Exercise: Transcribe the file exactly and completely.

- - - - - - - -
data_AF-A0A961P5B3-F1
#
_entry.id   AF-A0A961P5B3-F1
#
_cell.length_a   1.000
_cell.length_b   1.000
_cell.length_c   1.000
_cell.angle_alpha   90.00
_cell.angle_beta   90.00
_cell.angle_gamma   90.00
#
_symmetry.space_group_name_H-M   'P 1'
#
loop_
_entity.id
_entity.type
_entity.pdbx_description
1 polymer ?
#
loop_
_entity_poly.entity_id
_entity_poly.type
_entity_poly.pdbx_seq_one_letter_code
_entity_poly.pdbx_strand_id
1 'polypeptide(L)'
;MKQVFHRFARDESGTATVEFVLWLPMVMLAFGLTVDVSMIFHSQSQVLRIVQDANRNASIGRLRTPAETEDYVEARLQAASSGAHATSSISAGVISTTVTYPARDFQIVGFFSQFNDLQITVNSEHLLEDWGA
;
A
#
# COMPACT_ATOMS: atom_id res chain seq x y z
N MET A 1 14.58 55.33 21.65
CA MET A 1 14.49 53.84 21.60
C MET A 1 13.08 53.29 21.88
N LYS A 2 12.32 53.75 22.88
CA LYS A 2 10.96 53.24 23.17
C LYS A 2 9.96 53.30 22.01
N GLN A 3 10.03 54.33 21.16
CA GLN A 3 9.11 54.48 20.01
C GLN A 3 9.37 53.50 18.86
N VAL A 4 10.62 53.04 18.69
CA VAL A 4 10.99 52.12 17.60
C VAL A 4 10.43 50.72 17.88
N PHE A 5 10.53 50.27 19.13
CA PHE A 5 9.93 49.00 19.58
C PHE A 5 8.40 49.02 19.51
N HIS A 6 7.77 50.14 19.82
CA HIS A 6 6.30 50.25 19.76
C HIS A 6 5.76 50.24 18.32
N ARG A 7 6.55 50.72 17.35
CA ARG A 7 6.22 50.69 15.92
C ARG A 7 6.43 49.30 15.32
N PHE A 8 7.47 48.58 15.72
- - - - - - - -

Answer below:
data_AF-A0A961P5B3-F1
#
_entry.id   AF-A0A961P5B3-F1
#
_cell.length_a   1.000
_cell.length_b   1.000
_cell.length_c   1.000
_cell.angle_alpha   90.00
_cell.angle_beta   90.00
_cell.angle_gamma   90.00
#
_symmetry.space_group_name_H-M   'P 1'
#
loop_
_entity.id
_entity.type
_entity.pdbx_description
1 polymer ?
#
loop_
_entity_poly.entity_id
_entity_poly.type
_entity_poly.pdbx_seq_one_letter_code
_entity_poly.pdbx_strand_id
1 'polypeptide(L)'
;MKQVFHRFARDESGTATVEFVLWLPMVMLAFGLTVDVSMIFHSQSQVLRIVQDANRNASIGRLRTPAETEDYVEARLQAASSGAHATSSISAGVISTTVTYPARDFQIVGFFSQFNDLQITVNSEHLLEDWGA
;
A
#
# COMPACT_ATOMS: atom_id res chain seq x y z
N MET A 1 14.58 55.33 21.65
CA MET A 1 14.49 53.84 21.60
C MET A 1 13.08 53.29 21.88
N LYS A 2 12.32 53.75 22.88
CA LYS A 2 10.96 53.24 23.17
C LYS A 2 9.96 53.30 22.01
N GLN A 3 10.03 54.33 21.16
CA GLN A 3 9.11 54.48 20.01
C GLN A 3 9.37 53.50 18.86
N VAL A 4 10.62 53.04 18.69
CA VAL A 4 10.99 52.12 17.60
C VAL A 4 10.43 50.72 17.88
N PHE A 5 10.53 50.27 19.13
CA PHE A 5 9.93 49.00 19.58
C PHE A 5 8.40 49.02 19.51
N HIS A 6 7.77 50.14 19.82
CA HIS A 6 6.30 50.25 19.76
C HIS A 6 5.76 50.24 18.32
N ARG A 7 6.55 50.72 17.35
CA ARG A 7 6.22 50.69 15.92
C ARG A 7 6.43 49.30 15.32
N PHE A 8 7.47 48.58 15.72